Croatia’s tourism sector lacks a third of the workforce for next year


A boat passes in the Adriatic Sea off the coast of Porec, Croatia, April 20, 2021. REUTERS / Antonio Bronic / File Photo

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ZAGREB, Dec. 3 (Reuters) – Croatian tourist facilities will face a shortage of a third of their workforce next year, the head of the national association of the largest tourism companies, Veljko Ostojic, said on Friday.

Croatia’s tourism industry, largely concentrated in the summer months on the popular Adriatic coast, accounts for almost 20% of the country’s gross domestic product (GDP), and many seasonal workers may earn more in other countries.

“About 100,000 people work in the tourism sector and we are short of 30,000 to 35,000 people. Tourism companies do not have time to wait and many have started campaigns to find qualified people,” Ostojic told Reuters.

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In addition to the local job market, hoteliers and restaurateurs are looking for skilled workers in other Balkan countries such as Macedonia, Bosnia, Serbia or Montenegro, but also in more remote regions such as Ukraine or the Philippines. .

They compete with better paying jobs in the richer countries of the European Union, like Austria or Germany. From January, Switzerland opens its labor market to Croats, which puts additional pressure on tourism businesses.

“Salaries for waiters or cooks are twice as high in Austria, for example, but we could compete with attractive accommodation conditions, faster paperwork for work permits, no language barriers and the proximity to the house for Balkan workers, ”Ostojic said.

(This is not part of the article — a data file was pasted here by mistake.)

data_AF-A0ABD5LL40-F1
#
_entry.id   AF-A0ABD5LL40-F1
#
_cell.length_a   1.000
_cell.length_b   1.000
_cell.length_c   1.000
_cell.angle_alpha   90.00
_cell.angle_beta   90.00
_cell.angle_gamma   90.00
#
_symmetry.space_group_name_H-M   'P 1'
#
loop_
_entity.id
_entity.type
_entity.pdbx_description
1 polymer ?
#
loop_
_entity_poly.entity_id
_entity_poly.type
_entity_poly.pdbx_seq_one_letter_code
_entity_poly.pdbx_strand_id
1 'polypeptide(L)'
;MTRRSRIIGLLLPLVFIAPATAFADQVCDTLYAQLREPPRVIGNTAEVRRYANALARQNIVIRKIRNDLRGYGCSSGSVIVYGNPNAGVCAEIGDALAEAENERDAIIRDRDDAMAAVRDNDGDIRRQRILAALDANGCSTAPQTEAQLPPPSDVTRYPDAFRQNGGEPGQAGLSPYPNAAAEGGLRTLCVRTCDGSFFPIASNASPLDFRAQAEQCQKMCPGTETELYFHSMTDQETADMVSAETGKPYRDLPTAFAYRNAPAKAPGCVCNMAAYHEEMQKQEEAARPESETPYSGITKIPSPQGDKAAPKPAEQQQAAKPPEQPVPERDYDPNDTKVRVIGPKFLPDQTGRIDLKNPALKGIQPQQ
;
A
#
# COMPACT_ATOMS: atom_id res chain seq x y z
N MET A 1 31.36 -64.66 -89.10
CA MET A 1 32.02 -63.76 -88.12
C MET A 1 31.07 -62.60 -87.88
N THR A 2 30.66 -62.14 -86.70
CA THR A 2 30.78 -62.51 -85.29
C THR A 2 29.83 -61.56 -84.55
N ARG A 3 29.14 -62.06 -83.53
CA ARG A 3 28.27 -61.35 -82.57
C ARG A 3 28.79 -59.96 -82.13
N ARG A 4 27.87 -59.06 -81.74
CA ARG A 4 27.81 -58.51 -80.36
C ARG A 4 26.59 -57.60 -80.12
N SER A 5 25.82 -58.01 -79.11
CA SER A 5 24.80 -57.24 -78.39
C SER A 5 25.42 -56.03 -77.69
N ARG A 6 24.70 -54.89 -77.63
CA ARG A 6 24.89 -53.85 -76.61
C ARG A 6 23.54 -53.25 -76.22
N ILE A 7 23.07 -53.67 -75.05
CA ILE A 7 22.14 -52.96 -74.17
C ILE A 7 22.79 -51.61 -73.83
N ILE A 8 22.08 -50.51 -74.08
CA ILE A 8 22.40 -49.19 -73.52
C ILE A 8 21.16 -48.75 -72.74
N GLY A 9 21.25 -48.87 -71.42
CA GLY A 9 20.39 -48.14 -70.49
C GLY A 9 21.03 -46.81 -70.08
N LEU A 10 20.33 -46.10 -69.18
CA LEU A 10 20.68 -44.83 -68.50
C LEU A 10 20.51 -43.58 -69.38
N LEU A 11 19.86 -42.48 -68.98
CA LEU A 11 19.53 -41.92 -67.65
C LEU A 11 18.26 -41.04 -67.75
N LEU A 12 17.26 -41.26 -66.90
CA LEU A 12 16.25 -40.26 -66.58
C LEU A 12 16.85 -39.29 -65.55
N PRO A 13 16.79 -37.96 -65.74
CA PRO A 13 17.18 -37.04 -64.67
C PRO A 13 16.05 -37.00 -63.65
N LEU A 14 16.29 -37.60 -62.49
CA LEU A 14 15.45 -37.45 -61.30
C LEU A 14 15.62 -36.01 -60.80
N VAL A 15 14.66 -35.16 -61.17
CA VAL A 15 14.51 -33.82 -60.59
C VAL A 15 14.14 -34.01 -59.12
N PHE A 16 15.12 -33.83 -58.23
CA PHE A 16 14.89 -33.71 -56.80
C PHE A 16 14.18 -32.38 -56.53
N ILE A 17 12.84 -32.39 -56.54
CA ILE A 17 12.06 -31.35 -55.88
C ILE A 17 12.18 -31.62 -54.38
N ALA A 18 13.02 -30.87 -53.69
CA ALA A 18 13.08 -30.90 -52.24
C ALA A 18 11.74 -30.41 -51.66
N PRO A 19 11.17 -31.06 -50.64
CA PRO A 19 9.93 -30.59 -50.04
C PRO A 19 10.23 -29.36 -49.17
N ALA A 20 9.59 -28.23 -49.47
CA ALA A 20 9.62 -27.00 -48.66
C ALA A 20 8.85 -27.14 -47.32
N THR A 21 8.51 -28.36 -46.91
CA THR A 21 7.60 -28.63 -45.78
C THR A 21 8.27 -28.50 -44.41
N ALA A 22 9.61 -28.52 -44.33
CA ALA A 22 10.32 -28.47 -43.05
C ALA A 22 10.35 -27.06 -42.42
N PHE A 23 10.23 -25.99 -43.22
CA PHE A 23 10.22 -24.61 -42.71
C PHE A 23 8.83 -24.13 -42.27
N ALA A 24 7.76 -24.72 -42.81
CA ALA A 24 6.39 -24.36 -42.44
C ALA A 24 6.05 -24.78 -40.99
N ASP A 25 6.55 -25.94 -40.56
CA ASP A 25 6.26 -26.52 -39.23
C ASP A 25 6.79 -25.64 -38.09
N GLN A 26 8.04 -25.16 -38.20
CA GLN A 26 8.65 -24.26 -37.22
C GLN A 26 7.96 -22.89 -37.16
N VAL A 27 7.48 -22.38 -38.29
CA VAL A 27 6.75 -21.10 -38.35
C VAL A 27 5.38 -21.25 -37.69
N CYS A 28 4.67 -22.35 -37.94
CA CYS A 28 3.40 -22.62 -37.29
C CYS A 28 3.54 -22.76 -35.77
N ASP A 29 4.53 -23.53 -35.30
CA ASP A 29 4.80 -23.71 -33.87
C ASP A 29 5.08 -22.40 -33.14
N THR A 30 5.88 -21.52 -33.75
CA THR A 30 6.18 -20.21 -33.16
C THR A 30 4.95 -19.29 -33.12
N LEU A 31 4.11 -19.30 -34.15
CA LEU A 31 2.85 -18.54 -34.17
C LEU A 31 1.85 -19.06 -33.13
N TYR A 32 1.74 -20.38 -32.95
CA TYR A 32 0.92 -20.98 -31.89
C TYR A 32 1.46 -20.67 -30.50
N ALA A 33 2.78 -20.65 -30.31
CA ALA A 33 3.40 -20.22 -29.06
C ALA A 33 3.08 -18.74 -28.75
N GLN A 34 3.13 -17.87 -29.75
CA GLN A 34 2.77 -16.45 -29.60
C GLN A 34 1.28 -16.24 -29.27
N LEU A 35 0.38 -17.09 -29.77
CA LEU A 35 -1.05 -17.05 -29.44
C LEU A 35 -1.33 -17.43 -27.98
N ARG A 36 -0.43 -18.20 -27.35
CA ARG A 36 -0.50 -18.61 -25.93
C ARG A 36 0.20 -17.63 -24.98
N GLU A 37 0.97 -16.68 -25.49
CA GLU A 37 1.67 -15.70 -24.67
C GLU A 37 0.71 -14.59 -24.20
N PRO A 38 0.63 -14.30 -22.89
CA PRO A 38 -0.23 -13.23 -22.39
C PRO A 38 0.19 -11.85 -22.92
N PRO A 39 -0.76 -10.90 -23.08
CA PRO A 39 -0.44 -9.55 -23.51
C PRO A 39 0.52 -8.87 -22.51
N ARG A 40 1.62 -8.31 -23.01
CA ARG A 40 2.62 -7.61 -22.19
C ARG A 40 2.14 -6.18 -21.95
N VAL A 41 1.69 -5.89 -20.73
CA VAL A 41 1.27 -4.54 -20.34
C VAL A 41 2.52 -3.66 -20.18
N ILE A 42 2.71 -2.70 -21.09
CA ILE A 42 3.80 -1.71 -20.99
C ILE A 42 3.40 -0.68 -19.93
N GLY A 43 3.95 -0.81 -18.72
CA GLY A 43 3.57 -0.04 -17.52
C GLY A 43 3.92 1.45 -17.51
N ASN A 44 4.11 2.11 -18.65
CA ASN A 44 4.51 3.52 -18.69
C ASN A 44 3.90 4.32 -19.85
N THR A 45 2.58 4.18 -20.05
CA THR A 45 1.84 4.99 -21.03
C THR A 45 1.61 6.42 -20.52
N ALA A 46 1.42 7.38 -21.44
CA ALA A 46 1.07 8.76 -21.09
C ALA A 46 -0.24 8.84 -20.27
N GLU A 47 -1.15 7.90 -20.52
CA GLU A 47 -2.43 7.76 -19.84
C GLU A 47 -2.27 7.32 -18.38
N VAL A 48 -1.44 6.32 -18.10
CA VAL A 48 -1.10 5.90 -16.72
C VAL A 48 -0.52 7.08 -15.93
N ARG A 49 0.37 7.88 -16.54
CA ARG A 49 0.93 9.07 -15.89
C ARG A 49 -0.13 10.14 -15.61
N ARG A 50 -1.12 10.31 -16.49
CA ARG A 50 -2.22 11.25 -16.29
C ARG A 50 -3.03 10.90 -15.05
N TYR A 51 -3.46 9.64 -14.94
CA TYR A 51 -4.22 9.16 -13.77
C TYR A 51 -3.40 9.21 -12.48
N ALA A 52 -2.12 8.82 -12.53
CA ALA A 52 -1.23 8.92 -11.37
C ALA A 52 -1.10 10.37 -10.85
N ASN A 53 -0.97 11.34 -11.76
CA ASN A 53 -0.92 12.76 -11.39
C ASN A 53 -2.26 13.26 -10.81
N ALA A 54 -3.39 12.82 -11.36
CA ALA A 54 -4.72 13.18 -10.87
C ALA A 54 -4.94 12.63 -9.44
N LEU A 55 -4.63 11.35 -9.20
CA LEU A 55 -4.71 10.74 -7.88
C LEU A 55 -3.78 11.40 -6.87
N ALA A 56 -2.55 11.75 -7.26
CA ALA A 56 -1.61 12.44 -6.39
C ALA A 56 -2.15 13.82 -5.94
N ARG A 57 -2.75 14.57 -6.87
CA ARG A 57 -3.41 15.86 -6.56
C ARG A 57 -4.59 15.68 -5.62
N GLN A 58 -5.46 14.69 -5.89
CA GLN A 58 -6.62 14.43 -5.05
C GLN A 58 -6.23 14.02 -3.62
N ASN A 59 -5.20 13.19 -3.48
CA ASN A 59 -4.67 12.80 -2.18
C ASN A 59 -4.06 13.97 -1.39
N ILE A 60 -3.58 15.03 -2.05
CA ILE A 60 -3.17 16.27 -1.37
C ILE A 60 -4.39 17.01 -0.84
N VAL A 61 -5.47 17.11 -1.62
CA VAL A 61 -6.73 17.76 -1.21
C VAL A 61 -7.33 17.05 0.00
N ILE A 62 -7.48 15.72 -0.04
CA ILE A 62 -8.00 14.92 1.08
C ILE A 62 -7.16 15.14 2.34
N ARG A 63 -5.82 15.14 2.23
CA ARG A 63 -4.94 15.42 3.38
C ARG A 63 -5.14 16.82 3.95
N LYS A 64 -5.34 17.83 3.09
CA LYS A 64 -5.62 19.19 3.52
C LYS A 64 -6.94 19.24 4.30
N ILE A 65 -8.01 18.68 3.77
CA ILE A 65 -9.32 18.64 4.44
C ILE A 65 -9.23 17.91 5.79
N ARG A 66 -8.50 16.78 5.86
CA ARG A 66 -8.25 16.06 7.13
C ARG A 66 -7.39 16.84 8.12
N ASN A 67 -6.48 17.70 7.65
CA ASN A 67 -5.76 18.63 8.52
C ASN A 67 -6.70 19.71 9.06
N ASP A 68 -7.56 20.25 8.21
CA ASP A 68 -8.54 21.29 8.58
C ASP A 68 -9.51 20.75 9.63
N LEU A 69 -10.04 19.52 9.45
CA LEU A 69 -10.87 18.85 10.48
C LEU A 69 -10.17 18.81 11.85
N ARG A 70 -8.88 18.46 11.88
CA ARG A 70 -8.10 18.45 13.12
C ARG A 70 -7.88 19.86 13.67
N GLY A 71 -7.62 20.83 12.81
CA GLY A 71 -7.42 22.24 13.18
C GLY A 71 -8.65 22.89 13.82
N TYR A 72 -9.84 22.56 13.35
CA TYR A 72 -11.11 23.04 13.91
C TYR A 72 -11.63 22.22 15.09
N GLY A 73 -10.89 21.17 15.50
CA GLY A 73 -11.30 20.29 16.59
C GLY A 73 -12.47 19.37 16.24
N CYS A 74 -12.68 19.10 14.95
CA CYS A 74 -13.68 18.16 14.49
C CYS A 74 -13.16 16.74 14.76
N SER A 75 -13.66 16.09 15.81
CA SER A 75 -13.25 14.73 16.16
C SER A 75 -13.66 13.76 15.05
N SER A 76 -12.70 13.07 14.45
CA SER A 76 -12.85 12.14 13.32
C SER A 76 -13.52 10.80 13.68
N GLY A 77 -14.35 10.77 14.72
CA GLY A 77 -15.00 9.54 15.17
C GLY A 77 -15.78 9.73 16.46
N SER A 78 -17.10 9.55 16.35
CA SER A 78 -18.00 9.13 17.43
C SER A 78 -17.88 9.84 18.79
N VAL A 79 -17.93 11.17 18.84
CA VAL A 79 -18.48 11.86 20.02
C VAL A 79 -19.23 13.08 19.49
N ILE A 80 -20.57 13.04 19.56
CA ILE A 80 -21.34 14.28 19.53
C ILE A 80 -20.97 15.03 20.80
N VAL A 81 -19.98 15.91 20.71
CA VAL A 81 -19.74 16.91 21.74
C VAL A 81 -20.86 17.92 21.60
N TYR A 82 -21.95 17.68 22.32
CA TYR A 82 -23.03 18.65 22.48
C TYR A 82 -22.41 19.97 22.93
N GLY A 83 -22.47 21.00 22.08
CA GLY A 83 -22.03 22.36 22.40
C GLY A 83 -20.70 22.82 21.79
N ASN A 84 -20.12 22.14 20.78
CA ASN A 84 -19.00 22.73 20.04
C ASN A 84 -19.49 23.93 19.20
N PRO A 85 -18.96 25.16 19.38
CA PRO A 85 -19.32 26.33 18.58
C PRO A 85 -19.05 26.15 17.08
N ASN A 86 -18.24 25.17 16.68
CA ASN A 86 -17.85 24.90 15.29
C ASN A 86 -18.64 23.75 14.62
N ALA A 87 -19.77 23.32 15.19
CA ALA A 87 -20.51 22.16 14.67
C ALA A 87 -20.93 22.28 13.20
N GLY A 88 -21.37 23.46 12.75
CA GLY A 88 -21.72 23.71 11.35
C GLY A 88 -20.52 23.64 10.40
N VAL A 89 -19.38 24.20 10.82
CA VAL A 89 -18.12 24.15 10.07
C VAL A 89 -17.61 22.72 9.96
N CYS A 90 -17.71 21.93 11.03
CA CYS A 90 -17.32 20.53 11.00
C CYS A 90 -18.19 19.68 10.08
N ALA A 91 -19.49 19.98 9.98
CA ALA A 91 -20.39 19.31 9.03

Aminess, a hotelier in the northern Adriatic, is looking for 1,000 seasonal workers for next summer and has just launched a campaign to attract workers for positions such as cooks, waiters, butchers, artists and cleaning staff.

“We are looking for workers with experience or adequate training, but this is not an obligation as we are also investing in the training of future employees. We will invest one million kuna ($ 150,102) next year” said Marina Peric, head of human resources at Aminess.

Ostojic said the tourism industry is urging the digitization of red tape for obtaining work permits for people coming from outside the EU.

“Without manpower, some facilities will remain closed or have to shorten working hours,” he said.

($ 1 = 6.6621 kuna)

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Report by Igor Ilic; edited by David Evans

Our Standards: Thomson Reuters Trust Principles.


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